Friday, January 2, 2009
Shut Up, SNL
Live from New York: An Uncensored History of Saturday Night Live was an engrossing and sometimes infuriating read. SNL is an undeniable force in pop culture, launching career after career and influencing the cultural memes, but I still had a hard time dealing with the self-important tone of the authors and the people they interviewed. The overall impression was that they'd been participating in a cult that still held them and the rest of us in thrall. And Lorne Michaels = Jim Jones.
The book was fun for the bits of insider-y gossip it offered--everybody thinks Chevy Chase is a dick, George Steinbrenner was a terrible host--though many of the interviewees stuck to generalities without talking about specific people or sketches, which kept you wondering who or what they were talking about. You got the history of the controversies, the deaths, and the cycles of "good seasons" and "bad seasons," the network beefs, etc., etc.
Long-time writer James Downey gave some revealing interviews. He's known for writing a lot of political sketches and getting into a huge feud with one of the NBC execs. When Norm McDonald started anchoring Weekend Update in the mid '90s, Downey wrote most of his material. That always seemed like one of the most unfunny things in the history of the show to me. Not surprisingly, Downey and MacDonald had extreme contempt for the audience, more interested in doing what they thought was smart humor than getting laughs. In the book, MacDonald says, "I have more faith in me and Jim that I did in any audience. I just like doing jokes I like, and if the audience doesn't like them, then they're wrong, not me." I suppose many "comics" have that attitude and some express it regularly (hello, Carlos Mencia), but it always seems stunning to me.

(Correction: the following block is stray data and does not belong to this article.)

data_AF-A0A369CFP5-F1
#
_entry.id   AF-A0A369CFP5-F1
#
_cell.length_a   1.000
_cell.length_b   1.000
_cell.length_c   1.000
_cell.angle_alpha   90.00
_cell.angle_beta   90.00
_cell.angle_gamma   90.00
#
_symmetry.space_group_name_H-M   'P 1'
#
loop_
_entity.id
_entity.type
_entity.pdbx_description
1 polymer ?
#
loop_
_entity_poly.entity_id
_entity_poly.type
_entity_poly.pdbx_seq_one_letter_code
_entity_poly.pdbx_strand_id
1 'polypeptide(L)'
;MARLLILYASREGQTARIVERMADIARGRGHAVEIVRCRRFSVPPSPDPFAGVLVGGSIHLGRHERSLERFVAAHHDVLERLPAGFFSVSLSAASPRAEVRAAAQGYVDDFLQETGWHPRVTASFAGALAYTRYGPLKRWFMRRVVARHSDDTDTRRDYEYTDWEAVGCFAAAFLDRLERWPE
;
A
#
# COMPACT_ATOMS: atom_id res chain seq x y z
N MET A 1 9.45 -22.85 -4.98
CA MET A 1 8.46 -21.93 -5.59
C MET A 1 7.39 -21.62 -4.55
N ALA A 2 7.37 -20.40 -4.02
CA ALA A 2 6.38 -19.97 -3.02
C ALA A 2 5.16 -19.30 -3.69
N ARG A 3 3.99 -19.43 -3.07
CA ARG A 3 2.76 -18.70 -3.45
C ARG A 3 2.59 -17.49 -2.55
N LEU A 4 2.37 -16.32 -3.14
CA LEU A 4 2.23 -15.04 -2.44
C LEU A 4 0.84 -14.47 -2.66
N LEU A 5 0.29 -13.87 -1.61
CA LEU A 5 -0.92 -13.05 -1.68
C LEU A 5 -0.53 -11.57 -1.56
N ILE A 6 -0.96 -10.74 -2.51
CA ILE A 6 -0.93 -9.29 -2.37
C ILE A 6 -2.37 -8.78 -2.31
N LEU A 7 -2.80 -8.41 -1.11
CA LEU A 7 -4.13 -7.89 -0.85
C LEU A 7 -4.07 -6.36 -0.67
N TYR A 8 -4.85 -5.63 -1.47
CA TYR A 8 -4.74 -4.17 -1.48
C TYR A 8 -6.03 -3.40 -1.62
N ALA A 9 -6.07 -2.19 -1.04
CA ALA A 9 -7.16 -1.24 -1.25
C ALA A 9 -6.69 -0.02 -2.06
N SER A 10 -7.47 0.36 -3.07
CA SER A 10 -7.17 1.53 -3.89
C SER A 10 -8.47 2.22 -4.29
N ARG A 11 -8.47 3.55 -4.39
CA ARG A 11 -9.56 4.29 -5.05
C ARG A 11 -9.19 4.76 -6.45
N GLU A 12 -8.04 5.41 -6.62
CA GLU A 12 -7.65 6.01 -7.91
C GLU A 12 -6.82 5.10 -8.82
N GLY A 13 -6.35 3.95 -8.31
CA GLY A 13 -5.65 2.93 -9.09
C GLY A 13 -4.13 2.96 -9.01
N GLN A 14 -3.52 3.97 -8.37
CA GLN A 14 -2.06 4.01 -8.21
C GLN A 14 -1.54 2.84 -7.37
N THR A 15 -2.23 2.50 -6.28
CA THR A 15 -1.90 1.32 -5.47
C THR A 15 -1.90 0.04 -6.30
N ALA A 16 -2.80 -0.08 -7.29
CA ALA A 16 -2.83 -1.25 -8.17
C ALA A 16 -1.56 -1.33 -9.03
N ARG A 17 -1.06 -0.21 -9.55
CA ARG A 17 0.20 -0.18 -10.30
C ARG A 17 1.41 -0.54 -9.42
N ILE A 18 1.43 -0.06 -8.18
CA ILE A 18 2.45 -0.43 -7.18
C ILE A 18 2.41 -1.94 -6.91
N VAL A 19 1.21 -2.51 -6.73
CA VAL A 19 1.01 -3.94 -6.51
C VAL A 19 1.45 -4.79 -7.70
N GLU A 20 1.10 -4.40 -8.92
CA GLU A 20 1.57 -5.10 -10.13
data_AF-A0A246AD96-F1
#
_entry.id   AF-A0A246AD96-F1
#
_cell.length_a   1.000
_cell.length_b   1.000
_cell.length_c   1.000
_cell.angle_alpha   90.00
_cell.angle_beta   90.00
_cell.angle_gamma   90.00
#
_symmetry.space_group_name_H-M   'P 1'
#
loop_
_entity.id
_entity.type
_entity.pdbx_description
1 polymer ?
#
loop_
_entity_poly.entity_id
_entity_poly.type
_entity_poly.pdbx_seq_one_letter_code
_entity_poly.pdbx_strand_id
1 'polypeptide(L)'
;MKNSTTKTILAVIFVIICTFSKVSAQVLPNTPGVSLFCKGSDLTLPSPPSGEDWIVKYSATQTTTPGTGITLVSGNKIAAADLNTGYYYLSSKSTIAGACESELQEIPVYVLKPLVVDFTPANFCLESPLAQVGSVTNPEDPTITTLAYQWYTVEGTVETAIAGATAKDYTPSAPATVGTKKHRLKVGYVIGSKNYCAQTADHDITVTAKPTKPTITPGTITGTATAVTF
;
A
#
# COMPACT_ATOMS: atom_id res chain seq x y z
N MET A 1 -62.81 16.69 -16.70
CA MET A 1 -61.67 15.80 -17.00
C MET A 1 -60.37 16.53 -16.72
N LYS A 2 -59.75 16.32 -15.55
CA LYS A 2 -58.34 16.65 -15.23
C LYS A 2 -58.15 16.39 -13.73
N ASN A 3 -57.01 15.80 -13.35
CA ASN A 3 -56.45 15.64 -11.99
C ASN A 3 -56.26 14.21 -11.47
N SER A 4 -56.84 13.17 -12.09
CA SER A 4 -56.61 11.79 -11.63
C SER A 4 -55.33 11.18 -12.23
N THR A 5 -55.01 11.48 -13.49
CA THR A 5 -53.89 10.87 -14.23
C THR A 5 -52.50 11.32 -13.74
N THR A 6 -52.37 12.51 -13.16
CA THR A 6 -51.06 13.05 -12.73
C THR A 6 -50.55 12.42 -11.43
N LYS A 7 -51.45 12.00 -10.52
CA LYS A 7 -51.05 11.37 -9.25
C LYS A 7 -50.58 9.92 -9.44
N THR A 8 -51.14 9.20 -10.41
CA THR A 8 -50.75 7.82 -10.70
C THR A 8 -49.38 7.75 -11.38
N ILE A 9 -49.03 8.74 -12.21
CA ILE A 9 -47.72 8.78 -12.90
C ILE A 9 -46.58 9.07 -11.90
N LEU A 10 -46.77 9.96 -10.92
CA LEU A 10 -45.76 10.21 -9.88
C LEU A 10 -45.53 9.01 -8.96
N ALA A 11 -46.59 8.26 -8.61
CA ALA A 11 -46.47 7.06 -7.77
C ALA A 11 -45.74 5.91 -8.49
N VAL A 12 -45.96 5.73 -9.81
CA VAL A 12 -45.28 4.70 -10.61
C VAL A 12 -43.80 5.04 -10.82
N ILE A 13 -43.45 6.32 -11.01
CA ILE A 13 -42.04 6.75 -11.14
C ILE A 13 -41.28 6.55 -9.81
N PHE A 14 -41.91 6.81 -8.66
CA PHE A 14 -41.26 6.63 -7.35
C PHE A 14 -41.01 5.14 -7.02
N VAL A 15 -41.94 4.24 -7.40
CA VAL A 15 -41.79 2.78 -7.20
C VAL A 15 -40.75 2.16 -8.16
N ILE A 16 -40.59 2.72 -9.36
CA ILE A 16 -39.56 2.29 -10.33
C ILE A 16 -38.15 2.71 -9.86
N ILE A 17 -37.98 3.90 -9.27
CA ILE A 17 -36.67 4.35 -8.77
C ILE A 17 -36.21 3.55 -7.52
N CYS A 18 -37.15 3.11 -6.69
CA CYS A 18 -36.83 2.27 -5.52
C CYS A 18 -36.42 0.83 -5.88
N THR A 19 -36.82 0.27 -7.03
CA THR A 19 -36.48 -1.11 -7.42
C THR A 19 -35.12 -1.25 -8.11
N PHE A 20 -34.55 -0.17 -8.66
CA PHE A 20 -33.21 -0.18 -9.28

That passage sort of crystalized the whole book for me, though, because it addresses the central question: Who and what was (is) this show for? Clearly it was breaking ground when it began (as they will never let us forget), but when the participants reminisce and celebrate and fulminate, they talk endlessly about the pressure, the ideas, the performances, the opportunity, the relationships. It's all inside baseball -- the rarefied air of their club. Many describe the show as a intense training ground for performance and celebrity. Which makes sense: they set it up so only a week's work goes into each show. It's performed live. If they were trying for perfection, they'd do it differently. As a member of the audience, what it amounts to is a weekly exercise in watching people improve their craft. Often it's funny and great and, just as often, it's kinda lame. The book's tone was one of reliving the glory and assuming immortality. But the glory isn't for us, it's for them and their careers. They kinda need to get over themselves.
at 8:55 AM